2019 was an exceptional year for the Internet of Things (IoT). Not only had the count of connected devices surpassed the anticipated numbers (9.3 billion), the technology reincarnated a trustworthy sentiment among enterprise-grade consumers. Consequently, that makes it the most important technology from the web 3.0 suite largely because it gained from the COVID-19 pandemic tenure. While on one side, the FMCG industry grew by multi-folds, the demand for IoT enabled Industrial management elevated the technology’s expected market cap to 243 Billion USD in 2021 (CAGR – 13%).
To put it simply, the internet of things is the network of connected devices (things) that communicate with each other through embedded sensors while contriving all analytical data to a centralized analytical dashboard. Consider a wrist smartwatch that can calculate your health readings (heart rate etc.).
This device could be connected to your physician’s software so that instantaneous health updates are streamed automatically. Similarly, a vehicle insurance provider is remote monitoring your driving patterns and thereby evaluating your chances of claiming insurance.
These are just a few of the use cases that had gained attestation years ago. Today, IoT means more. With the onset of Industry 4.0, IIoT (Industrial Internet of Things) is exhaustively used to lessen manual dependency and make smarter predictions.
Nevertheless, IoT is here to stay and improvise. The existing landscape holds vast potential to evolve with IoT enabled management processes.
IoT enabled management is the systematic deployment of operations through device authentication, procurement, configuring, monitoring, and maintaining. This is essential because currently, the IoT consumers whether individual or enterprise struggle with deteriorating performance either due to defective manufacturing or device obsolescence. This further produces inconsistencies in handling large networks. With such a managed process in place, businesses especially manufacturers will benefit from a truly responsible and predictable infrastructure.
Secure and swift on/off-boarding of new devices to the network
Adding new devices to the IoT network may get riskier if a security protocol isn’t guarding the activity. This means validating the authority and configuration compliance of every device must be performed through an industrial-grade remote device management tool. For example, registering and authenticating new nodes through a web interface to establish secure communications with the base stations.
Only after the new node is certified to have completed the on-boarding process, it would be allowed to join the network. At the same time, if a node requires troubleshooting or is no longer needed in the network, it must be easily removed through an off-boarding process.
Fractioned Management of the IoT Network
Device management solutions enable you to divide the network into different fractions or groups and implement exclusive policies for devices falling in each. Not only does it make it quicker to operate and monitor but also ensures accurate compliance with security regulations. These groups can be created based on a particular location, building, and departments. For example, installing a firmware update directly for a group of devices in a particular fleet of vehicles is more efficient than doing it for the entire network.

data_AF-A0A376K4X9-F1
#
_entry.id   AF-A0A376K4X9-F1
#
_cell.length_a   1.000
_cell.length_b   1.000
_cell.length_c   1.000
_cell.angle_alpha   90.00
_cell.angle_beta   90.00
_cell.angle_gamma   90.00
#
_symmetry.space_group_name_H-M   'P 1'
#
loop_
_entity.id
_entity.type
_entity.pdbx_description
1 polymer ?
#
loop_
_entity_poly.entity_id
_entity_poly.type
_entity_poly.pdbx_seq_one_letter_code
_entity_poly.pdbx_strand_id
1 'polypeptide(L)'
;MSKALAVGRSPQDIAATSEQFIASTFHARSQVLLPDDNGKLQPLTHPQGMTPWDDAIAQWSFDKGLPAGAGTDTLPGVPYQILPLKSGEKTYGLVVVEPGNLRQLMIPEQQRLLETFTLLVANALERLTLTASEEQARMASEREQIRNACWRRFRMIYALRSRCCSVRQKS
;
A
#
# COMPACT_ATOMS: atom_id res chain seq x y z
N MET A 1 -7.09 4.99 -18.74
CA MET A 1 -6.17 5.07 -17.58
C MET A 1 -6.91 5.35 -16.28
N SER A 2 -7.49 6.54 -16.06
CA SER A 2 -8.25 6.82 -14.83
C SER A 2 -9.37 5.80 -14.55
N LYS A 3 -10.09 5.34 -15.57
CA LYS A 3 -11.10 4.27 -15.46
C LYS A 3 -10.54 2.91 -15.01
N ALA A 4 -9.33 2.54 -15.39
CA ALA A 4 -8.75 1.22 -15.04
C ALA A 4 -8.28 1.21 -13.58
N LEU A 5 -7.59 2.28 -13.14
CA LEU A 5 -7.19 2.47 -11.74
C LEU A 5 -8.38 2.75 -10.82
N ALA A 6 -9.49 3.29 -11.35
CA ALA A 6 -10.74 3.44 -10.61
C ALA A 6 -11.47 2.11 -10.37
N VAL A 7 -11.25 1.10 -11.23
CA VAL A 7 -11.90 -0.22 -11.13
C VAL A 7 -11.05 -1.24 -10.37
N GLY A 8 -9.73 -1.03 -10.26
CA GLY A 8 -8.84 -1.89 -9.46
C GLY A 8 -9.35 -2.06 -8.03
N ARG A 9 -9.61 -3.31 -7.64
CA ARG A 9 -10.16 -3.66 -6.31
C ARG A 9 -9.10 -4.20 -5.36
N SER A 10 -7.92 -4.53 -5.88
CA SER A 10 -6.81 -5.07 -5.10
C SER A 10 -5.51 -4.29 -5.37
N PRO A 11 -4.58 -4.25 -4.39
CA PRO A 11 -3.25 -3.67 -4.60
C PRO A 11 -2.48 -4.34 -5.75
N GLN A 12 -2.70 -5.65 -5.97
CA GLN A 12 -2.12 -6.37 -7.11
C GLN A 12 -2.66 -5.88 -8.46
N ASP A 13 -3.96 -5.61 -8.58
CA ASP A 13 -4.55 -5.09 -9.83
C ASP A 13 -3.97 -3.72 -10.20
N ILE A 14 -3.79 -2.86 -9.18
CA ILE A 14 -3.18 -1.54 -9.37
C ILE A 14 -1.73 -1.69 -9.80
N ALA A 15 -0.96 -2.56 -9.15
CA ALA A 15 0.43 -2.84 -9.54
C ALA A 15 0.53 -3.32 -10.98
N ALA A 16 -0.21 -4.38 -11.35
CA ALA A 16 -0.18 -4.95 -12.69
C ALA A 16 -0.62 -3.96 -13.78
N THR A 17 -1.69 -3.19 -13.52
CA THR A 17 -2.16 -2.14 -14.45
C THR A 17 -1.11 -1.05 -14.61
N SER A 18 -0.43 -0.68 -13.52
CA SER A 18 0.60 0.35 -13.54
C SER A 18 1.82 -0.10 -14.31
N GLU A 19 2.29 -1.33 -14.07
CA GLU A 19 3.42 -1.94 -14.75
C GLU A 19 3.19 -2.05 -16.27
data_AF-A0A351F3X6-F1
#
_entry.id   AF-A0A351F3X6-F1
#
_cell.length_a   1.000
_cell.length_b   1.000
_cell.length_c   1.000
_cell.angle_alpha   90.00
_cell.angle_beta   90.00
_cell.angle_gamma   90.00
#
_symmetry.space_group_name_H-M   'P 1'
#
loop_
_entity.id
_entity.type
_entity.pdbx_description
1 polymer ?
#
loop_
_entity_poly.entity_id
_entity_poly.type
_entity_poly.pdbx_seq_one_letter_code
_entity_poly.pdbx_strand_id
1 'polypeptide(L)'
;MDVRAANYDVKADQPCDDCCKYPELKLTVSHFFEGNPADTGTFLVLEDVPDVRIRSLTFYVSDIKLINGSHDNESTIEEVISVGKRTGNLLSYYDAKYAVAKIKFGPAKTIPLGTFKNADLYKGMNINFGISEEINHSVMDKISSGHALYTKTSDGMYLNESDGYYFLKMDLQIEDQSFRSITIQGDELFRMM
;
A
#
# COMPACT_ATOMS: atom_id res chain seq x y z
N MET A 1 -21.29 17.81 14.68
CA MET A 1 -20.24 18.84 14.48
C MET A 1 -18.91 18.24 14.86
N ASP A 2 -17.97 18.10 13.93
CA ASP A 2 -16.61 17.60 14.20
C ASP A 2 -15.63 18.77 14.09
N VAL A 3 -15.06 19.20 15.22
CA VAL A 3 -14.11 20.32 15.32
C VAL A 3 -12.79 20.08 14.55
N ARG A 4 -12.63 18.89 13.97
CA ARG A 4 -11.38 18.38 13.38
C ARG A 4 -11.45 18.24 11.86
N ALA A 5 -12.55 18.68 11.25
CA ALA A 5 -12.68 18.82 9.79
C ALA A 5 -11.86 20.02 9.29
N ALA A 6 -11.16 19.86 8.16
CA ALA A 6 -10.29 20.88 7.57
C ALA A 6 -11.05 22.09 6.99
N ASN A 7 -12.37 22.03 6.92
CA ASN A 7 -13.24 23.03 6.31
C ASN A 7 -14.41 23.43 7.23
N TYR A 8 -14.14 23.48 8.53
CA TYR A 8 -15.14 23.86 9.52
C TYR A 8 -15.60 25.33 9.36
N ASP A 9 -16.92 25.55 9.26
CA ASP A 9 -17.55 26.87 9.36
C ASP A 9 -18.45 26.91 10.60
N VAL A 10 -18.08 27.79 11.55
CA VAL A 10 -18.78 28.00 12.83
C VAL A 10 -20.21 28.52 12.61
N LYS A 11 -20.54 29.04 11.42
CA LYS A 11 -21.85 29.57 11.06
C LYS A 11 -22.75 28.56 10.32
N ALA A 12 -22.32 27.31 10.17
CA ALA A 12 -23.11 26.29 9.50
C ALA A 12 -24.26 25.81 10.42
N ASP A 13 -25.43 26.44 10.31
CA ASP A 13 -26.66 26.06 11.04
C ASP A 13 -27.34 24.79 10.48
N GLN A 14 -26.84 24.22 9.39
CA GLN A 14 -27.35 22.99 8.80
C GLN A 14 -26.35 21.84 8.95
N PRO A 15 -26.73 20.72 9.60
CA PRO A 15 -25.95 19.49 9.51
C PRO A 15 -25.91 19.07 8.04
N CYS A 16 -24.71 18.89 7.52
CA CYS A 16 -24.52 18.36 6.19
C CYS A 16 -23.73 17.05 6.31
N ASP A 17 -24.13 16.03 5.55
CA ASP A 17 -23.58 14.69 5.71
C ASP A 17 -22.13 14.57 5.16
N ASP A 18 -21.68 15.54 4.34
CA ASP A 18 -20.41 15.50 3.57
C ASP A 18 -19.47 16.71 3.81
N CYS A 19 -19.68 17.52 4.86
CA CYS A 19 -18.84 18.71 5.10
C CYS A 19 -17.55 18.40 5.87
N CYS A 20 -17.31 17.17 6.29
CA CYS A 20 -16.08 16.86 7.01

What are the benefits of the IoT for businesses and consumers?
Production facilities are plagued with a series of safety concerns and risks. Given the fast-paced digitization through CRM, it is imperative that production lines are equipped with predictive systems that can drive device communication and therefore upscale the automation quotient of the facility. IoT provides the needed infrastructure and pulls the manufacturers out of conventional practice.
Easy remote device management
Remote monitoring is one of the most important pillars of IIoT and should be included in the suite across all solutions. Since the uninterrupted operation of IoT devices is the basis, operations such as upgrades, reboots, factory resets, and patch diagnosis must be readily managed remotely. IoT management ensures remotely connecting and troubleshooting of devices through secured tunneling.
Pre-emptive Network Diagnosis and Troubleshooting
As the IoT networks expand their reach, businesses must brace up for automating the monitoring of thousands of nodes spread across geographies. By leaving those unattended, the manual diagnosis will plague the entire network thereby causing critical disruption of services. With managed IoT networks, users seek instantaneous visibility data from individual nodes so that identifying problem areas get easier.
For example, tracing issues such as defective hardware, bugs in firmware or congested radio traffic is streamlined saving cost, time, and effort. In addition to configuring certain device settings, there may also be unforeseen operational issues and/or software bugs that you’ll need to address. To address them, you need to identify them in the first place.
Reduction in Operational Cost
Since predictive monitoring forms the basis of IIOT, manufacturers can reduce the downtime of the machines through advance notification of potential failovers. Therefore, it abbreviates the overhead IoT project cost estimation that usually increases due to extended repairing. Needless to say, such streamlined processing has a direct impact on power consumption and the overarching time-to-market metrics. Going forward, manufacturers can increase their production capacities and roll-out large scale deployments.
The Future – IoT will go limitless
Every space and corner where the internet goes, IoT networks will tag along. The idea is to orchestrate a smart network of IoT devices that enables the society to not only better tackle the contingencies of pandemics such as COVID-19 but also make existing business operations much more efficient.